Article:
Fridthjof's Saga, by Esaias Tegnér

VIII.

The Parting.

Ingeborg.

The day breaks clear, and Fridthjof cometh not,

Though yesterday the council was proclaimed

At Bele’s grave. The place was rightly chosen,

His daughter’s fate should be determined there.

How many supplications hath it cost me,

How many tears by Freyja counted o’er,

To melt the ice of hate around Fridthjof’s heart.

And gain a promise from his haughty lips

To give his hand in reconciliation.

Alas! how hard is man! And for his honor,

So calleth he his pride, he counts it not,

Or lightly counts it, if he rudely break,

Of true and faithful hearts one more or less.

But wretched woman, leaning on his breast,

Is like the moss-growth blooming on the cliff, —

With faded tints, it difficultly holds

Itself unnoticed fast unto the rock,

Is only nourished by the dews of night.

But yesterday, indeed, my fate was fixed,

And now the evening sun hath set upon it,

Still Fridthjof cometh not. The pallid stars

Die one by one, and sadly disappear,

And with each one of them a hope is quenched

And goes from out my heart unto its grave.

Ah! wherefore still to hope? Valhal’s gods

No longer love me; I’ve offended them.

And Balder, ‘neath whose shelter I reside,

Is wroth with me, because a human love

Is too unholy for the sight of gods,

And earthly joy must never risk itself

Beneath the temple-arch in which the grave,

The haughty powers have fixed their dwelling-place.

And yet what fault is mine? and wherefore frowns

The pious god upon a maiden’s love?

Is it not pure as Urd’s bright sparkling fount,

And innocent as Gefjon’s morning dream?

The shining sun doth never turn away

From loving ones, its pure and watchful eyes.

And daylight’s widow, starry night, doth hear

With gladness, in her sorrow, all their vows.

That which is worthy under heaven’s vault,

Can that be guilty ‘neath the temple’s dome?

I love my Fridthjof. Oh! through all the past,

As far as memory runs, I loved him well, —

A holy feeling twin-born with my soul,

I know not whence it came, nor comprehend

The dismal thought that it was ever gone.

As fruit is timely set about the stone

And groweth up, and round about it all

In summer sunshine wraps its cloth of gold,

So, too, indeed, have I maturing grown

About this stone, and my existence is

Of my affection but the outer shell.

Forgive me, Balder! With a faithful heart

Thy hall I sought, and with a faithful one

Will I go hence; I’ll take it with me now

Out over Bifrost-bridge, and place myself

With all my love before great Valhal’s gods.

And there my love, like them an Asa-child,

Shall see itself reflected in the shields,

And fly with loosened dove-wings through the blue

Unending space unto the Allfather’s bosom,

From whence it came. Oh! wherefore is the frown,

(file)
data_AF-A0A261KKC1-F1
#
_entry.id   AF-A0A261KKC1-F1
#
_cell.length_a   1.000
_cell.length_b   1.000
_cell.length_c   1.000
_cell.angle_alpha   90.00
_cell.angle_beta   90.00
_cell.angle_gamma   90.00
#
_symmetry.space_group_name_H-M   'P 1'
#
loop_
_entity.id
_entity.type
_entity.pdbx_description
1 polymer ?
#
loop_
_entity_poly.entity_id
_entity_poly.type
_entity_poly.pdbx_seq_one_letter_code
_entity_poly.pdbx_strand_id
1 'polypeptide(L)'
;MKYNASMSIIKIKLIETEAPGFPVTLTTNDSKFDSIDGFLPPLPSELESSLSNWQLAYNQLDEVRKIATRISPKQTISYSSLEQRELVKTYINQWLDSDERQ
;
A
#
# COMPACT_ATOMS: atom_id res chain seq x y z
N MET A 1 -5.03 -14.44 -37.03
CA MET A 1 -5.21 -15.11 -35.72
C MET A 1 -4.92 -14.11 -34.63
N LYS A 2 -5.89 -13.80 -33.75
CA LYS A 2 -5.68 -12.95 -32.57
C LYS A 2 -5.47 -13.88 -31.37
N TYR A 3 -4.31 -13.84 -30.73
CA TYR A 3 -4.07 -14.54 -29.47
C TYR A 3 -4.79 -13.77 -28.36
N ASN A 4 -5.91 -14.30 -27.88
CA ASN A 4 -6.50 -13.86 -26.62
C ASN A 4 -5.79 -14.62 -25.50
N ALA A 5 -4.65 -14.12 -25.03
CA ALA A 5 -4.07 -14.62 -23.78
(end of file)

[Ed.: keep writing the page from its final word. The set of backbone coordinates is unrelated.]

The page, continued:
In morning’s twilight, on thy brow so fair?

There floweth in my veins, as flows in thine,

Old Odin’s blood. What wilt thou, kinsman dear?

My ardent love I cannot offer thee,

Nor would I offer it, worth all thy joys;

But I can offer thee my life’s delight, —

Can cast it from me as the stately queen

Her mantle flings aside, and still remains

Her queenly self. But my resolve is taken,

And Valhal high shall never be ashamed

To own me kindred. I will meet my fate

As meets the hero his. Ah! here he comes!

How wild he seems, how pale! ’Tis done, ’tis done!

My angry norn she comes beside him now:

Be strong, my soul! At last I welcome thee.

Our fate is fixed; ’tis plain to read it where

Upon thy brow it stands.

Fridthjof.

And stand not there

As well the blood-red runes, which speak of shame,

And scorn and banishment?

Ingeborg.

Oh, Fridthjof; think! Relate what passed, for I have long foreseen

The worst, and am prepared for all.

Fridthjof.

I found the council at our fathers’ graves.

Around the grassy mounds, shield meeting shield,

Stood many Northland sons with swords in hand,

One circle standing close within another

Unto the top. Upon the judgment seat,

A thunder cloud, thy brother Helge sat, —

A pallid headsman with a dusky look.

And next to him, a seeming grown up child,

Sat Halfdan, —— thoughtless, playing with his sword.

Then I arose, and, said: “War waiting stands

Within thy borders, beating on the shield, —

Thy kingdom now, king Helge, is in peril;

Give me my sister, and I’ll give to thee

Mine arm, it may be useful in this strife.

Between us let ill will forgotten be, —

I would not cherish it ‘gainst Ing’borg’s brother.

To reason listen, king, and save at once

Thy golden crown, thy purest sister’s heart.

Here is my hand. By Asa–Thor, I swear,

I’ll never offer it again to thee.”

An uproar shook the thing. A thousand swords

Approval hammered on a thousand shields.

The clang of weapons flew to heaven, which heard

With joy the assent of freemen to the right.

“To him give Ingeborg, the slender lily,

Most beautiful our dales have ever grown;

No better sword our favored land can boast, —

To him give Ingeborg.” Our foster-father,

The reverend Hilding, with his silver-beard,

Stood forth and spoke in words of wisdom full,

Short apothegms, as keen as sharpened swords.

And Halfdan, too, from off of royal seat

Arose, with pleading words and pleading looks, —

But it was all in vain; each prayer was wasted, —